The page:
Carbonate-hosted methanotrophy represents an unrecognized methane sink in the deep sea

TitleCarbonate-hosted methanotrophy represents an unrecognized methane sink in the deep sea
Publication TypeJournal Article
Year of Publication2014
AuthorsMarlow J.J, Steele J.A, Ziebis W., Thurber AR, Levin L.A, Orphan V.J
JournalNature Communications
Volume5
Date Published2014/10
Type of ArticleArticle
ISBN Number2041-1723
Accession NumberWOS:000343978000011
Keywordsanaerobic oxidation; Cascadia; cold seeps; continental-margin; eel river-basin; gas hydrate growth; lipid biomarker; margin; microbial life; offshore california; sulfate reduction
Abstract

The atmospheric flux of methane from the oceans is largely mitigated through microbially mediated sulphate-coupled methane oxidation, resulting in the precipitation of authigenic carbonates. Deep-sea carbonates are common around active and palaeo-methane seepage, and have primarily been viewed as passive recorders of methane oxidation; their role as active and unique microbial habitats capable of continued methane consumption has not been examined. Here we show that seep-associated carbonates harbour active microbial communities, serving as dynamic methane sinks. Microbial aggregate abundance within the carbonate interior exceeds that of seep sediments, and molecular diversity surveys reveal methanotrophic communities within protolithic nodules and well-lithified carbonate pavements. Aggregations of microbial cells within the carbonate matrix actively oxidize methane as indicated by stable isotope FISH-nanoSIMS experiments and (CH4)-C-14 radiotracer rate measurements. Carbonate-hosted methanotrophy extends the known ecological niche of these important methane consumers and represents a previously unrecognized methane sink that warrants consideration in global methane budgets.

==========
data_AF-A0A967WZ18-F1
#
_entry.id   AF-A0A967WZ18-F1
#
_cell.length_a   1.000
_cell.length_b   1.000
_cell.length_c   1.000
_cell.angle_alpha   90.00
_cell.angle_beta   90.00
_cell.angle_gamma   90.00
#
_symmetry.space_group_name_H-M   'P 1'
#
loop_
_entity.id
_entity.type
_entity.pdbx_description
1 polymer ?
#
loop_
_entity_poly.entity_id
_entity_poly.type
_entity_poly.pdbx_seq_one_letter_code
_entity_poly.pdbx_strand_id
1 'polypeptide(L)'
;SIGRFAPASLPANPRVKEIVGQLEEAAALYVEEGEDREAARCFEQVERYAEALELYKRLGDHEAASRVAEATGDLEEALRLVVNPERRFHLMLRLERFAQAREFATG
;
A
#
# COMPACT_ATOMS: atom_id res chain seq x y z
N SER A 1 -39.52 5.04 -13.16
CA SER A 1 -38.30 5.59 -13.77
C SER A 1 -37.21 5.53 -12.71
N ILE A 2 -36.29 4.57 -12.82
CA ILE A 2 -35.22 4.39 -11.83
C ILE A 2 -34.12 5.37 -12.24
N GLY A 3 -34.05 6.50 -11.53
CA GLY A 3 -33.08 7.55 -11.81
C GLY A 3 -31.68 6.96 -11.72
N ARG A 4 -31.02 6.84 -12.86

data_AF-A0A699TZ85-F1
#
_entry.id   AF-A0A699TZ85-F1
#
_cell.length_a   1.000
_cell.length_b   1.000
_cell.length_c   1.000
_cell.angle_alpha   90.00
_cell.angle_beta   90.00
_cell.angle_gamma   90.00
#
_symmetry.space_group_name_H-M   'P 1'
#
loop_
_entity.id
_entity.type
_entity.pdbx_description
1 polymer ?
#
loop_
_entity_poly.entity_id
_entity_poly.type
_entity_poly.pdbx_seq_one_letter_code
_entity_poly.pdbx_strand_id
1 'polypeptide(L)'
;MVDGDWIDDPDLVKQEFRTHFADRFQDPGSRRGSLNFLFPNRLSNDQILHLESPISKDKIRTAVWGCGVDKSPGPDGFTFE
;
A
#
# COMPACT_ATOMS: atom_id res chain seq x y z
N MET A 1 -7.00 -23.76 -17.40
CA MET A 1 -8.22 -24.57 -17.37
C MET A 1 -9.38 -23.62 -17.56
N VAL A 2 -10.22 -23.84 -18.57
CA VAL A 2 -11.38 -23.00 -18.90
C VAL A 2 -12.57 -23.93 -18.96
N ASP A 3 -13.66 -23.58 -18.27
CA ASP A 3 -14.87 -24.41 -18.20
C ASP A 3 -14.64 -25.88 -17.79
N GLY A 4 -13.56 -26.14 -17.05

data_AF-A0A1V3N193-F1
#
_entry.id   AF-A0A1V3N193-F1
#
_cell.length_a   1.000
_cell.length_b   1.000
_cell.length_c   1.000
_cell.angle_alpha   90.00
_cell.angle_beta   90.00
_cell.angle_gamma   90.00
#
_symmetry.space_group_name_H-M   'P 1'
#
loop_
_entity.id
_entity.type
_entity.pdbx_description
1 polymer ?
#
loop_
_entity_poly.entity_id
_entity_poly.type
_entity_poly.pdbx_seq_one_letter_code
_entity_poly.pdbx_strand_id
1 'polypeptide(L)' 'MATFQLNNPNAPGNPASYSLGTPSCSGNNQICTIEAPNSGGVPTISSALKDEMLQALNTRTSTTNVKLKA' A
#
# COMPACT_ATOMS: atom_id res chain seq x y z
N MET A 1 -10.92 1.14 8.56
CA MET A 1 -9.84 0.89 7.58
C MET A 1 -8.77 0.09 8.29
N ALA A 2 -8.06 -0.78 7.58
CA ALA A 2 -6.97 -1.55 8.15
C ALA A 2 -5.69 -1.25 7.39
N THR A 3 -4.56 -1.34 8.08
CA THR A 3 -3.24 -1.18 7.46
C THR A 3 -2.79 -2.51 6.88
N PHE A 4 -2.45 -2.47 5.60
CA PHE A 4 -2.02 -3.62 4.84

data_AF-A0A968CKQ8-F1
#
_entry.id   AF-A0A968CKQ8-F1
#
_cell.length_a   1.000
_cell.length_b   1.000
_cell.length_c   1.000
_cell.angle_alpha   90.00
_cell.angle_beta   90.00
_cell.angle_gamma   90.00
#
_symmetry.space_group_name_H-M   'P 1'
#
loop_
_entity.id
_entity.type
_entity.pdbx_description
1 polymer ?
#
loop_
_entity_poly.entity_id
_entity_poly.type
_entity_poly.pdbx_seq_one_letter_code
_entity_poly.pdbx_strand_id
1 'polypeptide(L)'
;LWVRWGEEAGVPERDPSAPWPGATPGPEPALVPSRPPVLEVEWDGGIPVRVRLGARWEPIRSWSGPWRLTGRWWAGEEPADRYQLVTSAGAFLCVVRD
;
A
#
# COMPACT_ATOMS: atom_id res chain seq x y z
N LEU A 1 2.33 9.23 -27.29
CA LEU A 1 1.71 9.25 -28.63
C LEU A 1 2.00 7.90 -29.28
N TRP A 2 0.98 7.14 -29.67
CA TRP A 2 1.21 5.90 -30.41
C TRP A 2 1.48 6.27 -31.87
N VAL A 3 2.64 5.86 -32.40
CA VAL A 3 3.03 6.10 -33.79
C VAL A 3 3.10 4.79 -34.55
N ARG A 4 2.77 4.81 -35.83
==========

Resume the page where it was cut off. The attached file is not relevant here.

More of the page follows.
DOI10.1038/ncomms6094
Short TitleNat. Commun.
Integrated Research Themes: 
Student Publication: 
No
Research Topics: